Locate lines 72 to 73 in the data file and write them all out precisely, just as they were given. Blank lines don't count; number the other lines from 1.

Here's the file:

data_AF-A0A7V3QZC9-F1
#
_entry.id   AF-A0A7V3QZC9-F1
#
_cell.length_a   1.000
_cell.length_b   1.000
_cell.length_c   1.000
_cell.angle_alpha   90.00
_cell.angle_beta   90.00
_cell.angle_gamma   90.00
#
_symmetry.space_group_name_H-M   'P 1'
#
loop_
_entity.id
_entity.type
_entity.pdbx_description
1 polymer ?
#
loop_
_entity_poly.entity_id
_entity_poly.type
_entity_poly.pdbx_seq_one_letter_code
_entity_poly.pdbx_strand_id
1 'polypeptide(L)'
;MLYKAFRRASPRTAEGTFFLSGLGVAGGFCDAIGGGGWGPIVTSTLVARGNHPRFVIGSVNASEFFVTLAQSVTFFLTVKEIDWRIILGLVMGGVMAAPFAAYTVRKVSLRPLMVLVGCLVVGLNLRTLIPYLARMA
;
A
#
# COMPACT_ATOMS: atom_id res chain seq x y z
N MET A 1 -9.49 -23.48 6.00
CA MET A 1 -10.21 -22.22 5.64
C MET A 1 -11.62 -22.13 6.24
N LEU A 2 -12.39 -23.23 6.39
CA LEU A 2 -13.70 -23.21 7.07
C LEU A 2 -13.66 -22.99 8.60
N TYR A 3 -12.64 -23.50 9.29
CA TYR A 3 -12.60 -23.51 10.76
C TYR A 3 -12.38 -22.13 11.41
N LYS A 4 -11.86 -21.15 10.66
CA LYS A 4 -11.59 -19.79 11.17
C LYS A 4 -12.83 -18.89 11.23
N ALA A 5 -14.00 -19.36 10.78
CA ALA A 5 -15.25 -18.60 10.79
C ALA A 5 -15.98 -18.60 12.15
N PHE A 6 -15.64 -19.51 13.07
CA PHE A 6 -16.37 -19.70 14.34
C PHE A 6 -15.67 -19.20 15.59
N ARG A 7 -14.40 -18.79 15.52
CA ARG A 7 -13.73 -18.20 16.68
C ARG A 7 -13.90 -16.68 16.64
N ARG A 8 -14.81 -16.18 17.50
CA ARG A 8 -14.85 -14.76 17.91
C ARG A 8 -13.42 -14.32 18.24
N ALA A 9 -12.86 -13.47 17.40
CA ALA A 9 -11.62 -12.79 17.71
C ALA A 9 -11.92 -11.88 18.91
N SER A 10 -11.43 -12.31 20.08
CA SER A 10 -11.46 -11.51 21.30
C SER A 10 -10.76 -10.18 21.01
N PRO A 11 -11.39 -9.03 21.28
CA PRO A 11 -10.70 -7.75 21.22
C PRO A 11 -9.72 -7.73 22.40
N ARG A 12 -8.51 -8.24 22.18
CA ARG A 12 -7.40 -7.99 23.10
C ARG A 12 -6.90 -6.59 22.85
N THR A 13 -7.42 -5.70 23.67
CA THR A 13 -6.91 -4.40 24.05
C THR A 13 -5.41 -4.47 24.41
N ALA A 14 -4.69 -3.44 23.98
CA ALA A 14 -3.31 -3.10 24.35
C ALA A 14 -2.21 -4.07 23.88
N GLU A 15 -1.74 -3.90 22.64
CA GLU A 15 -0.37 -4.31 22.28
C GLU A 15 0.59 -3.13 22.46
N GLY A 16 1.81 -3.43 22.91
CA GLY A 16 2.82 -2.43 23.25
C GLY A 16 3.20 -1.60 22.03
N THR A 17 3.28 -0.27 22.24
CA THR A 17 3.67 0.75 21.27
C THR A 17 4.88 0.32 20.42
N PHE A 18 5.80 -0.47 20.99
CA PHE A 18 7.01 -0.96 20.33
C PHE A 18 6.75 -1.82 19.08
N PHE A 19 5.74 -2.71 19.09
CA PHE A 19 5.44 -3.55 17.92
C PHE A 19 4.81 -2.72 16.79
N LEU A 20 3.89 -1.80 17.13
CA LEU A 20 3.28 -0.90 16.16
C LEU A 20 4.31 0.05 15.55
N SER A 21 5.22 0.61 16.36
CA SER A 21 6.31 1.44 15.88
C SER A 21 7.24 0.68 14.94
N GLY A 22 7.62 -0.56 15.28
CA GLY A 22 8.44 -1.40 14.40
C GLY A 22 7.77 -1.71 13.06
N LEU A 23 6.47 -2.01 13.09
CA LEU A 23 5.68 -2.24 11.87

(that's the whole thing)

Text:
C ALA A 14 -2.21 -4.07 23.88
N GLU A 15 -1.74 -3.90 22.64